Not long ago, as gas and diesel prices soared to unprecedented levels, John McCain and Hillary Clinton both proposed a fuel tax "holiday" as a way to alleviate the pain for motorists and, though it didn't get much mention in the popular press, truckers.
At about the same time, the American Trucking Associations and many of its members called for an increase in fuel taxes. They said they would support an increase as long as there was some guarantee that those funds would be used only for infrastructure improvements. [See our stories on the ATA proposal (page 9) and on the infrastructure debate (page 78).]
That coincidental timing—of the call by two presidential candidates for curtailing fuel-tax collections with a call for an increase by some of the biggest payers of that very tax—is indicative of the intractable problem this nation faces in regard to maintenance and expansion of our transportation infrastructure.
Here's the conundrum. The truckers, which are among the heaviest users of the highways, are willing to pay more in order to build a more efficient and productive surface transportation system. They understand that eliminating bottlenecks, ensuring bridges are safe, and establishing freight-friendly corridors would be a good return on that investment.
But the people who make the decisions on taxing and spending have a very different perspective. Highway spending bills have become larded with earmarks for local projects. And highway spending policies rarely seem to be based on a holistic view of the national network—one that acknowledges, for instance, that improving a key highway link in Chicago could benefit shippers (and their customers) in Atlanta, Boston, Boise, Sacramento, and so on. Certainly, elected officials at all levels are expected by constituents to look out for their own. But, as the philosopher Edmund Burke observed, we ought to expect them to use good judgment as well. And that has become increasingly difficult in the modern political environment.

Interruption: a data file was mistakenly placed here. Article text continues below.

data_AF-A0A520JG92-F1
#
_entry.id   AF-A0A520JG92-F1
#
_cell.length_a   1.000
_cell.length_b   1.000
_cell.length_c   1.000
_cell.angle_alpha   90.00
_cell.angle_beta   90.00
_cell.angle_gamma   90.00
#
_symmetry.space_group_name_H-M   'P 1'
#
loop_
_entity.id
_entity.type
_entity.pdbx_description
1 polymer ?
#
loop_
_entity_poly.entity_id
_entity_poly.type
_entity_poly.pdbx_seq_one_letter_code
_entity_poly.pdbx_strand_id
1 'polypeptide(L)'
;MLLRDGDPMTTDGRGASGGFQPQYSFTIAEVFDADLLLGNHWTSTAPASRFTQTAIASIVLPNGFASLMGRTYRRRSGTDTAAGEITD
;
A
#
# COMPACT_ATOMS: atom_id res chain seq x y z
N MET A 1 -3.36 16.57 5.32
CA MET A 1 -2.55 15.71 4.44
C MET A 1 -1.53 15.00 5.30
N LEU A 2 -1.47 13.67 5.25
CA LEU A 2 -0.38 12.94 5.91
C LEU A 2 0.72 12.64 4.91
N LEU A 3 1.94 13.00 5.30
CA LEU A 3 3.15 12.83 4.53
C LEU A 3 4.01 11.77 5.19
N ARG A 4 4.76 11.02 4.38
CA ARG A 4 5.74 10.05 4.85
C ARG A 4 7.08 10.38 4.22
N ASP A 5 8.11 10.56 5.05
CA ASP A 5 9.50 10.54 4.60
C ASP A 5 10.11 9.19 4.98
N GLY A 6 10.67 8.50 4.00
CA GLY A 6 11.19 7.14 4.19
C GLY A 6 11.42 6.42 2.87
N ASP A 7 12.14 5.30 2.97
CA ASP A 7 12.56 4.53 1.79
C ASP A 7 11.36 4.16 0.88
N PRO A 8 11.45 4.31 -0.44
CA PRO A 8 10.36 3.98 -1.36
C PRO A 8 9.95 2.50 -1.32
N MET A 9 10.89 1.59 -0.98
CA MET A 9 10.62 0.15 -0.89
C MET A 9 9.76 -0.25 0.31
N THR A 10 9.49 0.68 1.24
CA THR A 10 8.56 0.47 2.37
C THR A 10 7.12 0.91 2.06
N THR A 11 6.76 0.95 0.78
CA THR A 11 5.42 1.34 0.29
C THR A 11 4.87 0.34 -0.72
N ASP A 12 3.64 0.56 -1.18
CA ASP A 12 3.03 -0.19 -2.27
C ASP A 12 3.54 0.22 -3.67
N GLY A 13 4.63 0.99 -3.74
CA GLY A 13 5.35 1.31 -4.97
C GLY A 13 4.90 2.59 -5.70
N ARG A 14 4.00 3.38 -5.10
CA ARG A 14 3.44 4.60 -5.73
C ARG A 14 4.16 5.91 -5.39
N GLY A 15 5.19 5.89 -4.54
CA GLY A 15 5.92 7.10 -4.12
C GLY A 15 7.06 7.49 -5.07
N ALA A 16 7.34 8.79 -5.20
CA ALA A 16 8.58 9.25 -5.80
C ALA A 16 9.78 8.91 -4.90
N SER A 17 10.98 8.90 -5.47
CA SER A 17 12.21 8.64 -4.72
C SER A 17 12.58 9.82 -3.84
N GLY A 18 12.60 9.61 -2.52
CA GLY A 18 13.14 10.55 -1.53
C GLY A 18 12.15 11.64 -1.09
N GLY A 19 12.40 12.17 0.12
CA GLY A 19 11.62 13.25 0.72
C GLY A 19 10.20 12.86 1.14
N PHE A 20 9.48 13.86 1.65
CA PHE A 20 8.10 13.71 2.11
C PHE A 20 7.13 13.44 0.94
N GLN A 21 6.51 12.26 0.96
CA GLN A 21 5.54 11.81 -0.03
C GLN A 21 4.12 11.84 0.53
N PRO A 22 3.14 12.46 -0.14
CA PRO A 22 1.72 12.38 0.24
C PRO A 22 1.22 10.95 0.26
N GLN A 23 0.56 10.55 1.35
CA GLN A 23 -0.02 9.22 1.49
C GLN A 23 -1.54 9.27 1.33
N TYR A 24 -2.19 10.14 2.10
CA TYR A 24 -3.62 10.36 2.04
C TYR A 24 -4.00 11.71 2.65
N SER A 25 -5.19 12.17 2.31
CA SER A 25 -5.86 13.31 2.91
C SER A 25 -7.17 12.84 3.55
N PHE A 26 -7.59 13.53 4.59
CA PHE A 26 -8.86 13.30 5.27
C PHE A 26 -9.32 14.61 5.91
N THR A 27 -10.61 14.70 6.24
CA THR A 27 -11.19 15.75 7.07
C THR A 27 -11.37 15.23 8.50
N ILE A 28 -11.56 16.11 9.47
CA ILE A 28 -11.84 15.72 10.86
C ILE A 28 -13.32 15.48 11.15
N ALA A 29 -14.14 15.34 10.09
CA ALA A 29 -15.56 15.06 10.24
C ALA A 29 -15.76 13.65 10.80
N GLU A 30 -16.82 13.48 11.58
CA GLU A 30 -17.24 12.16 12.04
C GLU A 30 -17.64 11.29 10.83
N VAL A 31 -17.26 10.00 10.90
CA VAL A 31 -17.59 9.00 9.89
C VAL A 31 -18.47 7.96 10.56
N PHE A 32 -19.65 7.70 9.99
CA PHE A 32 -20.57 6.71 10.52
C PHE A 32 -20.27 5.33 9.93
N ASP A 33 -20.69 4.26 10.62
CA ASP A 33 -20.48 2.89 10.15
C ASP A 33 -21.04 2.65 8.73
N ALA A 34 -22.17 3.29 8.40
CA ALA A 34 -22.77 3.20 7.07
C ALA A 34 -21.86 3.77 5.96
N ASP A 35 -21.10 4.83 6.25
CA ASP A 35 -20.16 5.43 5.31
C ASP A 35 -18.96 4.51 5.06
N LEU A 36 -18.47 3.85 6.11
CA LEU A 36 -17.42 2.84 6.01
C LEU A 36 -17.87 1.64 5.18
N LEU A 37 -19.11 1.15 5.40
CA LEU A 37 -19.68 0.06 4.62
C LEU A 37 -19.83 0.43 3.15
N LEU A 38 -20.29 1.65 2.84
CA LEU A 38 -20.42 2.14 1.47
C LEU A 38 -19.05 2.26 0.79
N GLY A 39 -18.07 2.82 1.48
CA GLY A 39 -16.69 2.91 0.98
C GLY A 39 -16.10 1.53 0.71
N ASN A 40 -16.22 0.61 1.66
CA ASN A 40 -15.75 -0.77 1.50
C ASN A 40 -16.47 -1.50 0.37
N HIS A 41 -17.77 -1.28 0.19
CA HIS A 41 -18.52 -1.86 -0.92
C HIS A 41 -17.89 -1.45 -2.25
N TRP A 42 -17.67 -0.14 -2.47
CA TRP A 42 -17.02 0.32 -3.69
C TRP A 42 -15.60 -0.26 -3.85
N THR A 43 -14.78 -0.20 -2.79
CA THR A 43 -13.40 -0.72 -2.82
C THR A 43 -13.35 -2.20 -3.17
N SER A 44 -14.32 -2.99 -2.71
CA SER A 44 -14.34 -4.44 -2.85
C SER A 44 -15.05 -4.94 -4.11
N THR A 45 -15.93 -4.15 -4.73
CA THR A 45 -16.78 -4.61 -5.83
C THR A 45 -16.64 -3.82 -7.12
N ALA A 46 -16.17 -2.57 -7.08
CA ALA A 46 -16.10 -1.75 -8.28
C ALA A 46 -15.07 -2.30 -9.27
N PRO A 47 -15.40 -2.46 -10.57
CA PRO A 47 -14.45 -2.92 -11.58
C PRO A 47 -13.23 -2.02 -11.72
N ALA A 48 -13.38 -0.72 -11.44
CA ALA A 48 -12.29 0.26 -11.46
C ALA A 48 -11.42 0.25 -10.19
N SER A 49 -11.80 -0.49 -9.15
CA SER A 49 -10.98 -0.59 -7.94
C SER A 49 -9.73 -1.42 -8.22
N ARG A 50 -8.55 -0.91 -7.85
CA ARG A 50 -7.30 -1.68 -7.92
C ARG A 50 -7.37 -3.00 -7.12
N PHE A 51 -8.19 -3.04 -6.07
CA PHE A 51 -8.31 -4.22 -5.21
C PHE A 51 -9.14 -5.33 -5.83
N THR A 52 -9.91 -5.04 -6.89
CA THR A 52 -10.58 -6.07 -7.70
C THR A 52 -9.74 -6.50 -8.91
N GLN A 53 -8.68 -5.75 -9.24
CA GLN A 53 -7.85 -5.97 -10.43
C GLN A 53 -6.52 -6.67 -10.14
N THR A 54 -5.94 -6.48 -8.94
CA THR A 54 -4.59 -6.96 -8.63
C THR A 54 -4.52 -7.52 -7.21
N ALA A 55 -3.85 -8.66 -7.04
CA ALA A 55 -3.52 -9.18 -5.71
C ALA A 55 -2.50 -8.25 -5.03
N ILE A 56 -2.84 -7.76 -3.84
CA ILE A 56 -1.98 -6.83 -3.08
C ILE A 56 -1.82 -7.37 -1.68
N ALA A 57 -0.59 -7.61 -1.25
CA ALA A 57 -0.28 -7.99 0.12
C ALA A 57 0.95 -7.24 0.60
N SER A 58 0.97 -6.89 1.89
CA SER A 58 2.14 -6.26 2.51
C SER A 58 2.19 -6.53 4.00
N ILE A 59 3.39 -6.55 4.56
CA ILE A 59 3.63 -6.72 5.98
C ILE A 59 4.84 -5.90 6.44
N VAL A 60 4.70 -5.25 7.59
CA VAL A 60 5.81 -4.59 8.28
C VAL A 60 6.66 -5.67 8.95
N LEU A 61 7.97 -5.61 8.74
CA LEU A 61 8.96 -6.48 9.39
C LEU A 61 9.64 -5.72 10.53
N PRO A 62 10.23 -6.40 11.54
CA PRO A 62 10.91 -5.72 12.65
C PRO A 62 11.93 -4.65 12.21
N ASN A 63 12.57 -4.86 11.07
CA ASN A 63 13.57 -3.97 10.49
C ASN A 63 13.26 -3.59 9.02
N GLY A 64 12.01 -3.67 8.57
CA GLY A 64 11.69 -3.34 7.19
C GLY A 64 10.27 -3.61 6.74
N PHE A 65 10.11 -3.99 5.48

Take the "donor state" argument, which says that states that pay more in federal fuel taxes than they receive in highway spending are somehow shortchanged. Determining the best way to distribute funds is complex, but it ought not ride on a policy based on the philosophy of "I'll get mine."
The trucking industry, of course, has its own agenda when it proposes policy changes. And the rails have theirs as well. Getting consensus among many competing interests is a perpetual problem, and when policy-makers don't fully understand the problem to begin with, it becomes nearly impossible.
I don't know how close we are to an infrastructure crisis. I do suspect, though, that policies driven by parochialism will not prevent it.